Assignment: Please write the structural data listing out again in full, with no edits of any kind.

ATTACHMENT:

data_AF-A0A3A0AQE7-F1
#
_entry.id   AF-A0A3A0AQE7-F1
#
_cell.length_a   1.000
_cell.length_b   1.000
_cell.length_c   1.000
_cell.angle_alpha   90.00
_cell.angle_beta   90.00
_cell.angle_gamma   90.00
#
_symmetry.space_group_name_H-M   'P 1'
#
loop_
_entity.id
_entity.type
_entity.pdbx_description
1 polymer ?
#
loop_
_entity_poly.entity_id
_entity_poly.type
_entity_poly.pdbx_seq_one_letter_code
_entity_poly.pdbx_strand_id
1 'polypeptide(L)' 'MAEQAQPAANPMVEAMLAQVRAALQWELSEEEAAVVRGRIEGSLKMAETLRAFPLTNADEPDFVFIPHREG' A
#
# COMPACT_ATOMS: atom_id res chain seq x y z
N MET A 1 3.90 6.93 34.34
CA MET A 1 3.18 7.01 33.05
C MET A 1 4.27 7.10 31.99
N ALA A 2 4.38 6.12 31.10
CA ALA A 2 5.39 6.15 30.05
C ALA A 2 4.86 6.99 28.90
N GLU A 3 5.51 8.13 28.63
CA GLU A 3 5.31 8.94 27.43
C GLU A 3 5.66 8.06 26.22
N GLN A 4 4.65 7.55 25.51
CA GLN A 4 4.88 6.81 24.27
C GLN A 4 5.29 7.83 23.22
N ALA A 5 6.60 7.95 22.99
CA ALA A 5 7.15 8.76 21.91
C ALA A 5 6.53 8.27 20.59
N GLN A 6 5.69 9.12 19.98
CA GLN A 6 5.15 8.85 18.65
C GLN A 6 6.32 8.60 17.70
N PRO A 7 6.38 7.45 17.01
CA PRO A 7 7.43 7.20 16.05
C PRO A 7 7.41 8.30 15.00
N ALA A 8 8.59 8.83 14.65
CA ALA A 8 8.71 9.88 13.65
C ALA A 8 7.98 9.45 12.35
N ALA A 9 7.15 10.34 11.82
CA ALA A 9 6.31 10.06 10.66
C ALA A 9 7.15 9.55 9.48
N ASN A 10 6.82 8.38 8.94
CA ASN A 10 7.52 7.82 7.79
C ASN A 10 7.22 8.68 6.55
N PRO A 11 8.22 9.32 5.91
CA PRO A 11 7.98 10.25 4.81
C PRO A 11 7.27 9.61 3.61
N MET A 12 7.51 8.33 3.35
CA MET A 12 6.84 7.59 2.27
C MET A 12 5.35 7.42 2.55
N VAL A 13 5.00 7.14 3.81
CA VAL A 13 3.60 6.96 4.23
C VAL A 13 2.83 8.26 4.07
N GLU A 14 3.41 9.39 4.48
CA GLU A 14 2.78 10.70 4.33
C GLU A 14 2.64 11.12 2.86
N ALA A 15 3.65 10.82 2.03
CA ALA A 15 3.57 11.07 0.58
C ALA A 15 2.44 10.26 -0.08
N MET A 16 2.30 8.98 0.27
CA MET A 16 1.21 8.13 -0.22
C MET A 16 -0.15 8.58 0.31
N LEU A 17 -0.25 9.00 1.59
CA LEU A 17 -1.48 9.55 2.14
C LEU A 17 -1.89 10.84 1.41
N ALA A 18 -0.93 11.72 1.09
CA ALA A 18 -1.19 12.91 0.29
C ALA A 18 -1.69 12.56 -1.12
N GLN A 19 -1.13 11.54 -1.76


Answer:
data_AF-A0A3A0AQE7-F1
#
_entry.id   AF-A0A3A0AQE7-F1
#
_cell.length_a   1.000
_cell.length_b   1.000
_cell.length_c   1.000
_cell.angle_alpha   90.00
_cell.angle_beta   90.00
_cell.angle_gamma   90.00
#
_symmetry.space_group_name_H-M   'P 1'
#
loop_
_entity.id
_entity.type
_entity.pdbx_description
1 polymer ?
#
loop_
_entity_poly.entity_id
_entity_poly.type
_entity_poly.pdbx_seq_one_letter_code
_entity_poly.pdbx_strand_id
1 'polypeptide(L)' 'MAEQAQPAANPMVEAMLAQVRAALQWELSEEEAAVVRGRIEGSLKMAETLRAFPLTNADEPDFVFIPHREG' A
#
# COMPACT_ATOMS: atom_id res chain seq x y z
N MET A 1 3.90 6.93 34.34
CA MET A 1 3.18 7.01 33.05
C MET A 1 4.27 7.10 31.99
N ALA A 2 4.38 6.12 31.10
CA ALA A 2 5.39 6.15 30.05
C ALA A 2 4.86 6.99 28.90
N GLU A 3 5.51 8.13 28.63
CA GLU A 3 5.31 8.94 27.43
C GLU A 3 5.66 8.06 26.22
N GLN A 4 4.65 7.55 25.51
CA GLN A 4 4.88 6.81 24.27
C GLN A 4 5.29 7.83 23.22
N ALA A 5 6.60 7.95 22.99
CA ALA A 5 7.15 8.76 21.91
C ALA A 5 6.53 8.27 20.59
N GLN A 6 5.69 9.12 19.98
CA GLN A 6 5.15 8.85 18.65
C GLN A 6 6.32 8.60 17.70
N PRO A 7 6.38 7.45 17.01
CA PRO A 7 7.43 7.20 16.05
C PRO A 7 7.41 8.30 15.00
N ALA A 8 8.59 8.83 14.65
CA ALA A 8 8.71 9.88 13.65
C ALA A 8 7.98 9.45 12.35
N ALA A 9 7.15 10.34 11.82
CA ALA A 9 6.31 10.06 10.66
C ALA A 9 7.15 9.55 9.48
N ASN A 10 6.82 8.38 8.94
CA ASN A 10 7.52 7.82 7.79
C ASN A 10 7.22 8.68 6.55
N PRO A 11 8.22 9.32 5.91
CA PRO A 11 7.98 10.25 4.81
C PRO A 11 7.27 9.61 3.61
N MET A 12 7.51 8.33 3.35
CA MET A 12 6.84 7.59 2.27
C MET A 12 5.35 7.42 2.55
N VAL A 13 5.00 7.14 3.81
CA VAL A 13 3.60 6.96 4.23
C VAL A 13 2.83 8.26 4.07
N GLU A 14 3.41 9.39 4.48
CA GLU A 14 2.78 10.70 4.33
C GLU A 14 2.64 11.12 2.86
N ALA A 15 3.65 10.82 2.03
CA ALA A 15 3.57 11.07 0.58
C ALA A 15 2.44 10.26 -0.08
N MET A 16 2.30 8.98 0.27
CA MET A 16 1.21 8.13 -0.22
C MET A 16 -0.15 8.58 0.31
N LEU A 17 -0.25 9.00 1.59
CA LEU A 17 -1.48 9.55 2.14
C LEU A 17 -1.89 10.84 1.41
N ALA A 18 -0.93 11.72 1.09
CA ALA A 18 -1.19 12.91 0.29
C ALA A 18 -1.69 12.56 -1.12
N GLN A 19 -1.13 11.54 -1.76